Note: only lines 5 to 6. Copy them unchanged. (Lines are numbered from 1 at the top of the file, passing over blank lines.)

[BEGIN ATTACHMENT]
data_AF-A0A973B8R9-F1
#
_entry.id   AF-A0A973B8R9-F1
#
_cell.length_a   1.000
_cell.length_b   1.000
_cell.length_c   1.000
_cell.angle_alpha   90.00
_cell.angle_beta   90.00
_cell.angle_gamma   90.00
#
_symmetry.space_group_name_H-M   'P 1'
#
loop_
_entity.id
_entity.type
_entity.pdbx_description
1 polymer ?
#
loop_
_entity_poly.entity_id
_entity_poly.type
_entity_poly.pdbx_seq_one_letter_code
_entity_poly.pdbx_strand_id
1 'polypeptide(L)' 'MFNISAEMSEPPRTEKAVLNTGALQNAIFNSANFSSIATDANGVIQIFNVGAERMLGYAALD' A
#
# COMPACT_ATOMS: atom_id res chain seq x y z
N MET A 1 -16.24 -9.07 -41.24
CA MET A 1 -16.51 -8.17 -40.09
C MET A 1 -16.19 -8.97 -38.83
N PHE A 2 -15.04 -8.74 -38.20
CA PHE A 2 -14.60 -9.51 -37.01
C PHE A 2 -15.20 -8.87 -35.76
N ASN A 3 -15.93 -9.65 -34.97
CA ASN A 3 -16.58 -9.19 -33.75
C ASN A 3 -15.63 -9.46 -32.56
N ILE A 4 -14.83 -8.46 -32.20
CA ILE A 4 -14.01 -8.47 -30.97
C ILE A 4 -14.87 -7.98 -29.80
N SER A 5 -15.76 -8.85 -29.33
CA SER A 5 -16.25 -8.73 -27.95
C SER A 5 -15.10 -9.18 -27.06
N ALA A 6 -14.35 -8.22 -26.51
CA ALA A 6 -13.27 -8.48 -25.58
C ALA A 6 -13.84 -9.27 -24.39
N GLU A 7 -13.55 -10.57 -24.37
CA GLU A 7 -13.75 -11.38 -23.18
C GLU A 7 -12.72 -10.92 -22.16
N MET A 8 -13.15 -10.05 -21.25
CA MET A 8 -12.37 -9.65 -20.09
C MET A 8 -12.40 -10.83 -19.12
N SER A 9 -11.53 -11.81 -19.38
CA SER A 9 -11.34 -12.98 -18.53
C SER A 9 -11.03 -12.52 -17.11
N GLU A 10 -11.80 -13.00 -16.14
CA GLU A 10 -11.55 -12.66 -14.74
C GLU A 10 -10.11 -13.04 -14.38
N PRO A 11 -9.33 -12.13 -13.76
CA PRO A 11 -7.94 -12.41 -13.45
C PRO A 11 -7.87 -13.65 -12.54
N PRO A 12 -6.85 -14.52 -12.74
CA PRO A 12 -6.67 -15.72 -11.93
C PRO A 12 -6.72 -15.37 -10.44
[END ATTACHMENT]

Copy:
_cell.length_a   1.000
_cell.length_b   1.000